DUNEDIN, Fla. -- Spring Training can be a maddening monotony for many Major Leaguers.Enter March Madness, which begins just as the dog days of camp are setting in. It's an event which usually fires up every clubhouse, and the Blue Jays are no different."I don't follow college basketball much," Blue
DUNEDIN, Fla. -- Spring Training can be a maddening monotony for many Major Leaguers.
Enter March Madness, which begins just as the dog days of camp are setting in. It's an event which usually fires up every clubhouse, and the Blue Jays are no different.
"I don't follow college basketball much," Blue Jays manager John Gibbons said. "Every year we have the pools, and I know these guys love it and get real excited about that."
The Blue Jays manager admits he didn't play basketball; he's a baseball man with a football background, which includes lining up at fullback in the days of the Wing T offense.
Toronto has had players who have shined in basketball before, including Danny Ainge, who played for the Blue Jays for three years before embarking on his NBA career, and former Blue Jays pitcher Mark Hendrickson, who at 6-foot-9 was drafted in the second round by the 76ers.
The current Blue Jays don't boast that kind of basketball pedigree, but maintain they could put together a decent team, starting with ace Marcus Stroman.
"I think we could put Stro at the point, just because of his athleticism," Blue Jays first baseman Chris Colabello said.
"Yeah I'm the starting point guard," said Stroman. "Score first, dish second, we'd have a pretty good team."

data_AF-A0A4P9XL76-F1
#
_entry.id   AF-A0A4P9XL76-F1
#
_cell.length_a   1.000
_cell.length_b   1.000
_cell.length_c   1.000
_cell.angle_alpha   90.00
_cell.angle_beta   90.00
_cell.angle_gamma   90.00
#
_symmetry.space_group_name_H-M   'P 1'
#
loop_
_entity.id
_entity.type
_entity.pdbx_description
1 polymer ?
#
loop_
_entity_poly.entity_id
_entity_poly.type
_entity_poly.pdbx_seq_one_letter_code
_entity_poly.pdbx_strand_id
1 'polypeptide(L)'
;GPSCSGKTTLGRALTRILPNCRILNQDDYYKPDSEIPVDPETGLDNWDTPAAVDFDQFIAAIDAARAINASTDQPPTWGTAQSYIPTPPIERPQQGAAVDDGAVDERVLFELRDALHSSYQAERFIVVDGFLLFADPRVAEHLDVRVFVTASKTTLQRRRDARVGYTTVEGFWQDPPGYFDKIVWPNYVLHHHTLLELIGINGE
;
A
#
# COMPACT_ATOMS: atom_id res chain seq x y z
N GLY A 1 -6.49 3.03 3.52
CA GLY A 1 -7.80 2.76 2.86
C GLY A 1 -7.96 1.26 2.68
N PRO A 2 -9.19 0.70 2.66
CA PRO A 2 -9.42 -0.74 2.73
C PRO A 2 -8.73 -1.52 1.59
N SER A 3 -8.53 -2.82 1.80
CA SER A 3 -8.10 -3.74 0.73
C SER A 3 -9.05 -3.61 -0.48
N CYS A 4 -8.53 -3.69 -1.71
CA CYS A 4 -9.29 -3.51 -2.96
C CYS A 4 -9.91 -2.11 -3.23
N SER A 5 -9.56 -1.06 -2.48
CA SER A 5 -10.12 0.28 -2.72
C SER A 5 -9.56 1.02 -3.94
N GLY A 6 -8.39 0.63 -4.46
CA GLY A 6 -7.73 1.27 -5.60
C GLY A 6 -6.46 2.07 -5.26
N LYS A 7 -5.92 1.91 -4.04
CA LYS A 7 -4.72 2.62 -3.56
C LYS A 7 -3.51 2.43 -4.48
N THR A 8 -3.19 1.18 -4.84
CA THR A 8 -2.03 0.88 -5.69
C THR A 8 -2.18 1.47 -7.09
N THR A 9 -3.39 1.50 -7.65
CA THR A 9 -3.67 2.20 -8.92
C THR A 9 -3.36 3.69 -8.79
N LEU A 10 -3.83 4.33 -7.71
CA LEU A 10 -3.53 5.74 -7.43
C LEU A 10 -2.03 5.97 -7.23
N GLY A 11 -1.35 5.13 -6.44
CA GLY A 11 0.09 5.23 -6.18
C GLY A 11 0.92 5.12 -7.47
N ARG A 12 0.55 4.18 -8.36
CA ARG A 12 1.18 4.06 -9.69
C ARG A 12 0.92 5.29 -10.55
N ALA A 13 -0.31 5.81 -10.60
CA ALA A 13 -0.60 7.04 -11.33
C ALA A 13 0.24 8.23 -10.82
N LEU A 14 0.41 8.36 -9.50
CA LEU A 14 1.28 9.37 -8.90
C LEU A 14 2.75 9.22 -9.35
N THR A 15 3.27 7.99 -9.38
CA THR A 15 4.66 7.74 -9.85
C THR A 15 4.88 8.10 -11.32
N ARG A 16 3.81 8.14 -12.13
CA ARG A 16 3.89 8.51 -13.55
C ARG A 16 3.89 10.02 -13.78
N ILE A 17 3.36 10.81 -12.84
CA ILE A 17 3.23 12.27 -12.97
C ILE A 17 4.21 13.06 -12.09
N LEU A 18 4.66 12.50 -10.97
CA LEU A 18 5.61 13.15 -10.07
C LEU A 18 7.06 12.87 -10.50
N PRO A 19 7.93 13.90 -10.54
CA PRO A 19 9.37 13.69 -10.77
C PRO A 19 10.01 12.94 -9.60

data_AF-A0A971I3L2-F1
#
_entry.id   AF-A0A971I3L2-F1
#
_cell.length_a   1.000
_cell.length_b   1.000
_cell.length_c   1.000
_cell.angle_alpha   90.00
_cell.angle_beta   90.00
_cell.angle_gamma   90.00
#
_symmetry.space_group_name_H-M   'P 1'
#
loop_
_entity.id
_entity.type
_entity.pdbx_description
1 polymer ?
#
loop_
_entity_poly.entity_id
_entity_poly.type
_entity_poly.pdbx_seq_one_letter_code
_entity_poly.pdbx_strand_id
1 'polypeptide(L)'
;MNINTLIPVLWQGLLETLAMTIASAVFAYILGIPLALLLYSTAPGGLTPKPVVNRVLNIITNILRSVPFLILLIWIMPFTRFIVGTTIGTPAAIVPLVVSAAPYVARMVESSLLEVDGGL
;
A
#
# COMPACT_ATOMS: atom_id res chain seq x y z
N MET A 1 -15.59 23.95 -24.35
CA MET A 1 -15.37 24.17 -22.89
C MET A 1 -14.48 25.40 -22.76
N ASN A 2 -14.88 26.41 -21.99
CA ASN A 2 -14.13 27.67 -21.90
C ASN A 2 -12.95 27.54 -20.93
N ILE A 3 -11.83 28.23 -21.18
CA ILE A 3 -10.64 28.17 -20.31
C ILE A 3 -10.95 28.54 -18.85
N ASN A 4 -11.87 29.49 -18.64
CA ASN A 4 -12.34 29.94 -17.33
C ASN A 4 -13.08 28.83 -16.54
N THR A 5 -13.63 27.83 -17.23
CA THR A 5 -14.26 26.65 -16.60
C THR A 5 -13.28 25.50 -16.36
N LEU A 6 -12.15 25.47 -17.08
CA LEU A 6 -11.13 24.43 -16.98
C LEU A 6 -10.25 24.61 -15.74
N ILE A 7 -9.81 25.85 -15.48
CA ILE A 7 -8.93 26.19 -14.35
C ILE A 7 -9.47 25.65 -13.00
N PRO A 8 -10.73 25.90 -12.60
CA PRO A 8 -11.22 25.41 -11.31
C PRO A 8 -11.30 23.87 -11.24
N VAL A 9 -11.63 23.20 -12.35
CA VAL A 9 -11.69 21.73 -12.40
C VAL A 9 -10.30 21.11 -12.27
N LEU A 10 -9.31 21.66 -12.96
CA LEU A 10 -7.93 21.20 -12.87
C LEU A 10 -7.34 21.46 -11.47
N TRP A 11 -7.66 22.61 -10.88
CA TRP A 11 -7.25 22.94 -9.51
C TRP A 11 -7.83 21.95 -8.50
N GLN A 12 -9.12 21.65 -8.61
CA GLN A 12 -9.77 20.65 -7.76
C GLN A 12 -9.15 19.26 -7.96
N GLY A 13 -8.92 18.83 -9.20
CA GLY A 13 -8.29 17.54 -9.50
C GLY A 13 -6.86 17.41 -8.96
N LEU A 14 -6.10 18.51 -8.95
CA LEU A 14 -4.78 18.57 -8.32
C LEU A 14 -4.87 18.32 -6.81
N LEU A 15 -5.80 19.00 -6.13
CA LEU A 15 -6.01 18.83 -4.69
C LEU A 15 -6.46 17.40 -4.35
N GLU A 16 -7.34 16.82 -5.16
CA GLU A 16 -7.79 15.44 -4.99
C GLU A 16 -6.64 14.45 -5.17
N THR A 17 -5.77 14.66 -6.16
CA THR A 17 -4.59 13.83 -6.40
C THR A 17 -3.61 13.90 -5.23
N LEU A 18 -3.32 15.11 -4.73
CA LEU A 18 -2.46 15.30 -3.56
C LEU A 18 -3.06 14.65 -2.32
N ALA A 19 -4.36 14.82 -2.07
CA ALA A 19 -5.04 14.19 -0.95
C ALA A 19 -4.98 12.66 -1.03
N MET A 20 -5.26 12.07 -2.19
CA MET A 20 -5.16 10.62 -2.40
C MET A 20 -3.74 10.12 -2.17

Stroman is pulling for his alma mater, Duke, even though it hasn't been a big year for his Dukies.
"Coach K knows how to get the boys prepared for the tourney," he said.
Fellow starter R.A. Dickey hails from Nashville and is a Volunteers fan, but it doesn't look like the men's team will make the Big Dance. He has a Plan B, though.
"I think Vanderbilt is my hope."
South Carolina native Justin Smoak will be rooting for his University of South Carolina Gamecocks, while others without a rooting interest will hope their bracket shocks the masses.
"It's always hard to bet against the North Carolinas and the Kansases," said Blue Jays outfielder Kevin Pillar. "I try to pick a sleeper. I try to pick an underdog to at least get to the Final Four."
Pillar may not know who will make the Final Four, but his teammates say he has game, including big hops.
"It's actually a fact, I can dunk," Pillar said. "I would be in the starting five."
"I haven't seen it, [but] I see the way he gets up in the outfield," Gibbons said, "I guarantee he can probably do it."
Pillar and Stroman would make up quite the Blue Jays backcourt, and other names bandied about to make Toronto's starting five include the athletic Troy Tulowitzki. Then you have your ace-in-the-hole: Forty-one-year-old Dickey coming off the bench.
"I've seen R.A. back in 1975 when he was in high school drop nine points in eight seconds," said Pillar. "Pretty impressive."
Keep in mind Pillar was born in 1989.
Mike Nabors is a contributor to MLB.com.